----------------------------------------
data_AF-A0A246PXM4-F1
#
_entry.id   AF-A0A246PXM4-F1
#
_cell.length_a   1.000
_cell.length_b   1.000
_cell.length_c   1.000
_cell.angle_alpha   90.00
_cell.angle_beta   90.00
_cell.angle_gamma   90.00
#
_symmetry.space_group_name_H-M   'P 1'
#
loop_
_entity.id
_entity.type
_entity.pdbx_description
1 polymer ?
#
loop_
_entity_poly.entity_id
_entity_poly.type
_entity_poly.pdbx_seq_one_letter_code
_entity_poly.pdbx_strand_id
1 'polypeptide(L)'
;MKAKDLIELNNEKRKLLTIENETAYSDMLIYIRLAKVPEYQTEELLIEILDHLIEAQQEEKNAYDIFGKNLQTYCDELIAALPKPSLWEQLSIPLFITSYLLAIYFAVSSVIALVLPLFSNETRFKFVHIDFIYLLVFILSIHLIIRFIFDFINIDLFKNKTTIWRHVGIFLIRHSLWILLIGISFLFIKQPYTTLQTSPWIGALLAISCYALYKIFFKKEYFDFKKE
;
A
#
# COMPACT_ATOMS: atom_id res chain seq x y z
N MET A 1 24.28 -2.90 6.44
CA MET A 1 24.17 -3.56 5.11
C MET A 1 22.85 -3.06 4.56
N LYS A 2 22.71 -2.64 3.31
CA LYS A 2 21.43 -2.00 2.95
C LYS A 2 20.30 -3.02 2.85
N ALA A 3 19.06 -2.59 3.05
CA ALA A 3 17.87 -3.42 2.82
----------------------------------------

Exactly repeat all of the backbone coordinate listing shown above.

data_AF-A0A246PXM4-F1
#
_entry.id   AF-A0A246PXM4-F1
#
_cell.length_a   1.000
_cell.length_b   1.000
_cell.length_c   1.000
_cell.angle_alpha   90.00
_cell.angle_beta   90.00
_cell.angle_gamma   90.00
#
_symmetry.space_group_name_H-M   'P 1'
#
loop_
_entity.id
_entity.type
_entity.pdbx_description
1 polymer ?
#
loop_
_entity_poly.entity_id
_entity_poly.type
_entity_poly.pdbx_seq_one_letter_code
_entity_poly.pdbx_strand_id
1 'polypeptide(L)'
;MKAKDLIELNNEKRKLLTIENETAYSDMLIYIRLAKVPEYQTEELLIEILDHLIEAQQEEKNAYDIFGKNLQTYCDELIAALPKPSLWEQLSIPLFITSYLLAIYFAVSSVIALVLPLFSNETRFKFVHIDFIYLLVFILSIHLIIRFIFDFINIDLFKNKTTIWRHVGIFLIRHSLWILLIGISFLFIKQPYTTLQTSPWIGALLAISCYALYKIFFKKEYFDFKKE
;
A
#
# COMPACT_ATOMS: atom_id res chain seq x y z
N MET A 1 24.28 -2.90 6.44
CA MET A 1 24.17 -3.56 5.11
C MET A 1 22.85 -3.06 4.56
N LYS A 2 22.71 -2.64 3.31
CA LYS A 2 21.43 -2.00 2.95
C LYS A 2 20.30 -3.02 2.85
N ALA A 3 19.06 -2.59 3.05
CA ALA A 3 17.87 -3.42 2.82